Big data is a relatively new tool being used in healthcare. The possibilities big data has to offer in terms of providing quality treatment for patients is still not known. Trying to harness the vast amount of information may take years before we can fully realize how to use big data and manipulate the information into neat categories without utilizing much effort from people (Thew, 2016). Learning how to program the system to work in lieu of human attention is what will create the next breakthrough in information technology.

                One of the biggest benefits associated with big data is the availability of information across multiple professions within minutes, and sometimes seconds. Non longer do we have to use time and space consuming paper filing to store a patient’s information. Not only was it time consuming to file information but updating was more difficult. Maintaining a system where each patient file could be located for what might be a minor update or small amount of information is costly, as well. Now we can store more patient information than ever with the capability of updating and adding information simultaneously with other healthcare workers (Wang, Kung & Byrd, 2018). Patient information may also be accessed at the same time someone else is accessing it, so nobody can hoard the information from someone else.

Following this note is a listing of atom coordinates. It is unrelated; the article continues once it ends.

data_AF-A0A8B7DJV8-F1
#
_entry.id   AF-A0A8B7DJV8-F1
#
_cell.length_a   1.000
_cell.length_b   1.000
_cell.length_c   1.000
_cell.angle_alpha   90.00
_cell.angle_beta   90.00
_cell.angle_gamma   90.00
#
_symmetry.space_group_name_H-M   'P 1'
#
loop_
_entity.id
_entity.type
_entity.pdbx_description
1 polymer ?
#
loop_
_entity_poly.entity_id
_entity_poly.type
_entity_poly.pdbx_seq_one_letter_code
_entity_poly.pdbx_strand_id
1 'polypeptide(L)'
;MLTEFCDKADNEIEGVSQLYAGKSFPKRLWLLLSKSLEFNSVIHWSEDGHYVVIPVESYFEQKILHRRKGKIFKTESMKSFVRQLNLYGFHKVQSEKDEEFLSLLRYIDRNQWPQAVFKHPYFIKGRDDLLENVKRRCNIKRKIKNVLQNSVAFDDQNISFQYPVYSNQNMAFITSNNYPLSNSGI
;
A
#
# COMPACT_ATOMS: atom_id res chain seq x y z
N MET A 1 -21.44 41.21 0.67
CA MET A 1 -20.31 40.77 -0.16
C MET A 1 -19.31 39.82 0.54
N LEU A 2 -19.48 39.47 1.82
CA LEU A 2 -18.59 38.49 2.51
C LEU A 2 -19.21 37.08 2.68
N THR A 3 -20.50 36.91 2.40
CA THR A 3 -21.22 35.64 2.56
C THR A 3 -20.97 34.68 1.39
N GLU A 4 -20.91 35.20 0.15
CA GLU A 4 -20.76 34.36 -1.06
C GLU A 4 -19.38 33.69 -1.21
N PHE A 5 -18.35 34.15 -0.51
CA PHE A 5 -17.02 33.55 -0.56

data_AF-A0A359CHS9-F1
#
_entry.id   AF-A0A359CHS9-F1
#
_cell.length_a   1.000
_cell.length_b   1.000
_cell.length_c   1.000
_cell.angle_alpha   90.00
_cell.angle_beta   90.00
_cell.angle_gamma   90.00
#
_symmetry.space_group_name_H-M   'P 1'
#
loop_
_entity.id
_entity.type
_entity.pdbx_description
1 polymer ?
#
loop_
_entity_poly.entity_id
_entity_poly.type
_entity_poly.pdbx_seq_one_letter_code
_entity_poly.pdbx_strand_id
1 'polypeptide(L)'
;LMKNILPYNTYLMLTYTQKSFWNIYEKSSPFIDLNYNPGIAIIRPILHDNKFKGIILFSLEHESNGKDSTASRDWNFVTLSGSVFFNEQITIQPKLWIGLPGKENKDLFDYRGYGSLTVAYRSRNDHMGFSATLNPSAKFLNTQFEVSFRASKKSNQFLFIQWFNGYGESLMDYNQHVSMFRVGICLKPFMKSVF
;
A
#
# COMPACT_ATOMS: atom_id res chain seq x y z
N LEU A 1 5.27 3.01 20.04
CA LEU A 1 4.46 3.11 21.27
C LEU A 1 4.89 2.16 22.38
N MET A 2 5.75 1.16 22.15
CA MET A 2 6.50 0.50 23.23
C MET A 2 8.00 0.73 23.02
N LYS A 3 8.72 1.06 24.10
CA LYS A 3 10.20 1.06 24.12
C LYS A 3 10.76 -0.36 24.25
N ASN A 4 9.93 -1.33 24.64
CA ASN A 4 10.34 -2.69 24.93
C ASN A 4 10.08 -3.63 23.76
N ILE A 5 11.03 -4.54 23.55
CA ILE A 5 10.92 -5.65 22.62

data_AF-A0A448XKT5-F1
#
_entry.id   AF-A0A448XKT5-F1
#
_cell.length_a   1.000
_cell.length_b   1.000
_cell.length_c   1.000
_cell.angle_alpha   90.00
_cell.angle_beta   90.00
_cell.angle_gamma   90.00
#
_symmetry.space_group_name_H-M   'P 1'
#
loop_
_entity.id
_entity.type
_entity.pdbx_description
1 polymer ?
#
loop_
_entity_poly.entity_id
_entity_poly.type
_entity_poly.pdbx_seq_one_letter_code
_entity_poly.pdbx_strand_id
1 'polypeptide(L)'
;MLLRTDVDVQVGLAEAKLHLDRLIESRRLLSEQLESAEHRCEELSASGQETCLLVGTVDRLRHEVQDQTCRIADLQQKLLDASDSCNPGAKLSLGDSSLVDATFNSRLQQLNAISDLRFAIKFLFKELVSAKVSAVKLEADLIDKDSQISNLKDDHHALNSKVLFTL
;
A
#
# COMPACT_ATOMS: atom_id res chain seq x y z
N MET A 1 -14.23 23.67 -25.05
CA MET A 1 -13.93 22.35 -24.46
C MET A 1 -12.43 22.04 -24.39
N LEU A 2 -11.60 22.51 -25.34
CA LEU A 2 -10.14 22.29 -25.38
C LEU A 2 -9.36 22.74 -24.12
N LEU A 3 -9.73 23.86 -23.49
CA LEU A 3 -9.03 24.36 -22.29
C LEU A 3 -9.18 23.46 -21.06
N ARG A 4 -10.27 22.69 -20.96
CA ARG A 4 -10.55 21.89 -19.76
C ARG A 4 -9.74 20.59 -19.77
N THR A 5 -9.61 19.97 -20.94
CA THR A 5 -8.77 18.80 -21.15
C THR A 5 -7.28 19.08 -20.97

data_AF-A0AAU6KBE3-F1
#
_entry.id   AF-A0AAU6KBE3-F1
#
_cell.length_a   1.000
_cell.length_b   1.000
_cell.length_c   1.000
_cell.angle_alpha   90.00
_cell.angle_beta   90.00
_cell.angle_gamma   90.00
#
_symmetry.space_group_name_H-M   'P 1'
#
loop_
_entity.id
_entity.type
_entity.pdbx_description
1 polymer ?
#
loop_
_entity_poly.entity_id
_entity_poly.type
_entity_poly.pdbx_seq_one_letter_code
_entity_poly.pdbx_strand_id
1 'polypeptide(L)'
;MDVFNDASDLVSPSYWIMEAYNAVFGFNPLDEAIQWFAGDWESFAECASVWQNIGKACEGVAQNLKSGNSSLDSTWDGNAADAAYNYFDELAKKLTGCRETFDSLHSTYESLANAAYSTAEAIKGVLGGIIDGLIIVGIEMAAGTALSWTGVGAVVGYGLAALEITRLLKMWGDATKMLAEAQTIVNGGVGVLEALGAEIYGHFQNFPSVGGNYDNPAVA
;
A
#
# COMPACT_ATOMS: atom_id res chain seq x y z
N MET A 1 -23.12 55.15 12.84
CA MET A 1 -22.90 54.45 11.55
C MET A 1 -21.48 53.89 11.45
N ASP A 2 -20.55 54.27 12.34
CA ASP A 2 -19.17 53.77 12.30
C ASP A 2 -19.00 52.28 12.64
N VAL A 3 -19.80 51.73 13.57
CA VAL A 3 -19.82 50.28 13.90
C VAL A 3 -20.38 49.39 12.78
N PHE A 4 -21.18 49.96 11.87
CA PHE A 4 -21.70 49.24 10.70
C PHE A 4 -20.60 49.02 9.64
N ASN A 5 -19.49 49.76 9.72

A challenge we are experiencing with big data is learning how to use it in a structure that does not create as much manpower to categorize the data. We have not been able to design the system to allocate the information in categories that make sense. Although big data has simplified the storage component of information, programs are still not able to ‘think’ like humans and categorize information. So far, we have been unable to create an algorithm to make systems more efficient and interactive (Dash et al., 2019). Once we are able to accomplish this, the road for artificial intelligence may be the next goal in data sharing.